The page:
New Government Buildings Meet Top Environmental Standard

They may be controversial with the local press, built on a flood plain and utterly alien in looks to the local area but the enormous County Council and Assembly buildings suddenly looming over the eastern approach to Aberystwyth do have one or two things going for them. I’ll cover some of the problems (like how people are going to get to them...) another time. But it’s only fair to highlight that the buildings have been designed with some impressive green energy credentials, with heating and other electricity being provided by a combination of wind energy, solar energy and biomass.

Wind Turbines - It’s the sudden appearance of these, with rotar arms designed for an urban environment, that have made people look up and start to consider that something really innovative might be going on.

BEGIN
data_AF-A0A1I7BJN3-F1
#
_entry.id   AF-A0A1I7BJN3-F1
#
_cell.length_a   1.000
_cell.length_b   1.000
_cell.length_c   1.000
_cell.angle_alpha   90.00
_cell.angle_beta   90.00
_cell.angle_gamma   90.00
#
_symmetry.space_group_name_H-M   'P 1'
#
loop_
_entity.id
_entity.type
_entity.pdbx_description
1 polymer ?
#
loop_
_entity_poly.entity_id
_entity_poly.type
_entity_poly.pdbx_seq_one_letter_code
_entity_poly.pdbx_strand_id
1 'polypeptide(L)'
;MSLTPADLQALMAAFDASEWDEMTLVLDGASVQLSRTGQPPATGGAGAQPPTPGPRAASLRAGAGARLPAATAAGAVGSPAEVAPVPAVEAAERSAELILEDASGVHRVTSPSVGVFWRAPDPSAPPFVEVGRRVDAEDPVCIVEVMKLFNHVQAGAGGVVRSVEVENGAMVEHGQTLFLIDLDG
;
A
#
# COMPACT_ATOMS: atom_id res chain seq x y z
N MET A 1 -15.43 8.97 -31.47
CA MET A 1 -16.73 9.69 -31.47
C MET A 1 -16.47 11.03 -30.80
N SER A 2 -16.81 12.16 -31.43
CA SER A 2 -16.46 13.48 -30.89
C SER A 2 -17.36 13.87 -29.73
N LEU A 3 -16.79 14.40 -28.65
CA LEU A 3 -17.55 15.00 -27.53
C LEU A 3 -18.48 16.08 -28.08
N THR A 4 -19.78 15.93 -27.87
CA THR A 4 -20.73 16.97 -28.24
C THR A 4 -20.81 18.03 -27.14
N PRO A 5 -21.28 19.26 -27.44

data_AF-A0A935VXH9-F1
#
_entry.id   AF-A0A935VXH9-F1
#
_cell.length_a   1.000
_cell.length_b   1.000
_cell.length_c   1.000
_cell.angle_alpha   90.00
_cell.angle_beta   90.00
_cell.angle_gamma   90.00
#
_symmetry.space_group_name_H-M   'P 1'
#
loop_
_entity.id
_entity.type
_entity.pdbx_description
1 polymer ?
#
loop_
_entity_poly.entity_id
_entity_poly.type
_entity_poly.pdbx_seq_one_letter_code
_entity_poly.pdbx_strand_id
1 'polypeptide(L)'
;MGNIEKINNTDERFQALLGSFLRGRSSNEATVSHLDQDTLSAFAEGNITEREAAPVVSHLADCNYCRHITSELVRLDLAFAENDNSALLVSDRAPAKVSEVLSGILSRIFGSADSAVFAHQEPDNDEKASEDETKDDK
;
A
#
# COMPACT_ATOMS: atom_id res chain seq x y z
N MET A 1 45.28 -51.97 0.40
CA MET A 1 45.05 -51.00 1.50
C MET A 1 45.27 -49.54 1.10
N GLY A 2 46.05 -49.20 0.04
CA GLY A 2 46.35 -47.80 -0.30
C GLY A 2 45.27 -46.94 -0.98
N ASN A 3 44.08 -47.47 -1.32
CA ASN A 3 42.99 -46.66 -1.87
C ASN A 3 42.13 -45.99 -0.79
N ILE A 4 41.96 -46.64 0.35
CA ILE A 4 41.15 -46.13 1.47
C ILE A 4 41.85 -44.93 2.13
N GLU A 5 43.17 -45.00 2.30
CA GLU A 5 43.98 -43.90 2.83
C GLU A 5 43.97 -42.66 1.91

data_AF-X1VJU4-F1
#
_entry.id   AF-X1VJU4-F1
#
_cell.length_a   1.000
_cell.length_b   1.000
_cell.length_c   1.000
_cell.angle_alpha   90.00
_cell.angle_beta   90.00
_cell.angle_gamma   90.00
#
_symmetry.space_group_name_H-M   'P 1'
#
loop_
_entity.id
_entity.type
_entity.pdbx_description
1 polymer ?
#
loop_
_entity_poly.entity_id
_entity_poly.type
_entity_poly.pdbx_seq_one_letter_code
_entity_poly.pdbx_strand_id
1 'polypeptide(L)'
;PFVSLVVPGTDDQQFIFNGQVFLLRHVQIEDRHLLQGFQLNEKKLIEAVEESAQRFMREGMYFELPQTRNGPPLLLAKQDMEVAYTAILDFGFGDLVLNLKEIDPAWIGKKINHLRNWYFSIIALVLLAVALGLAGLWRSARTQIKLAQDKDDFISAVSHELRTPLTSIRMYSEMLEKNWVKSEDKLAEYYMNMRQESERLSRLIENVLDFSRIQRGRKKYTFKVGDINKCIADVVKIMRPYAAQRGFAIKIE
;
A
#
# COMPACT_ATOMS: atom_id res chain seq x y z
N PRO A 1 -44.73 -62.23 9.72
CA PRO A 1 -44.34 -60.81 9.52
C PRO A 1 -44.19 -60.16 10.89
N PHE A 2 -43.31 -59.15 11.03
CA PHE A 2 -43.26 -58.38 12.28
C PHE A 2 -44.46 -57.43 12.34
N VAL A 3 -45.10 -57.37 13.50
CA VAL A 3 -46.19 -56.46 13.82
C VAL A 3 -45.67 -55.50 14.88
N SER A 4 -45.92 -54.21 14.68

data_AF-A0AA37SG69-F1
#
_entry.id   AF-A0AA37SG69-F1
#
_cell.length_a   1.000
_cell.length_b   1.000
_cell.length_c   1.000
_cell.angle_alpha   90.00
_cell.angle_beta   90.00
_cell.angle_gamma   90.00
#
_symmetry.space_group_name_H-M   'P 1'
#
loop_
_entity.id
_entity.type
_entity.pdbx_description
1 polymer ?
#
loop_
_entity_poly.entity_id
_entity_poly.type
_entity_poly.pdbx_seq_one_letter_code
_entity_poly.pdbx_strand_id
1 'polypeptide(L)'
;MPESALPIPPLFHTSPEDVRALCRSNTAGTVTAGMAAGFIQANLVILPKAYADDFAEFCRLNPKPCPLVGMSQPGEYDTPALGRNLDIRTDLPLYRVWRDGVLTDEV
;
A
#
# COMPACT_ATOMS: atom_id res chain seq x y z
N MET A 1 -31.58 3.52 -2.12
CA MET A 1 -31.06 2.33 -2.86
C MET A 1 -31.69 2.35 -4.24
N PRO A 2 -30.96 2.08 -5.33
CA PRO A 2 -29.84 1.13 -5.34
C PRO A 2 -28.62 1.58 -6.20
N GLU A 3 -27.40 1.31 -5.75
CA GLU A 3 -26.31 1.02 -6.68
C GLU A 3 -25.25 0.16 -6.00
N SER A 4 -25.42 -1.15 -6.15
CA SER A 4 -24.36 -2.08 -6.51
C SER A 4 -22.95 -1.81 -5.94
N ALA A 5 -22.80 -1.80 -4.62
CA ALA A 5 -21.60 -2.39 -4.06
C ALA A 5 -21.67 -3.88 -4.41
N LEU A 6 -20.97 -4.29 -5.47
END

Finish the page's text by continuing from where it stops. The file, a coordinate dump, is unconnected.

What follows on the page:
Solar Panels - spaced along each roof are a row of seven south-facing solar panels to provide hot water for the buildings.

Bio Mass Heating – Situated on the other side of the railway line from the buildings, the biomass plant provides heating at 2 pence per kilowatt hour as opposed to the current 10p per kw in the council buildings being used now. It’s hoped that the nearby Plas Crug Leisure Centre and Ysgol Penweddig can also be connected up to this from next summer.

All these, along with passive solar design and high insulation standards, combine to bring the buildings into the top, ‘excellent’, category of the BREEAM standard – the system used to rate the environmental performance of non-domestic buildings. As time goes by all these energy-saving measures will give a substantial financial saving compared to the current Council accommodation in various converted 18th and 19th century houses dotted around the town centre.

The opening ceremony for the Council building will be conducted on September 9th with staff moving in during week commencing 25th September. Once they’ve worked out how to get there staff will be able to sit at their desks knowing that they’re working in what will probably be the most energy-efficient council offices in Wales.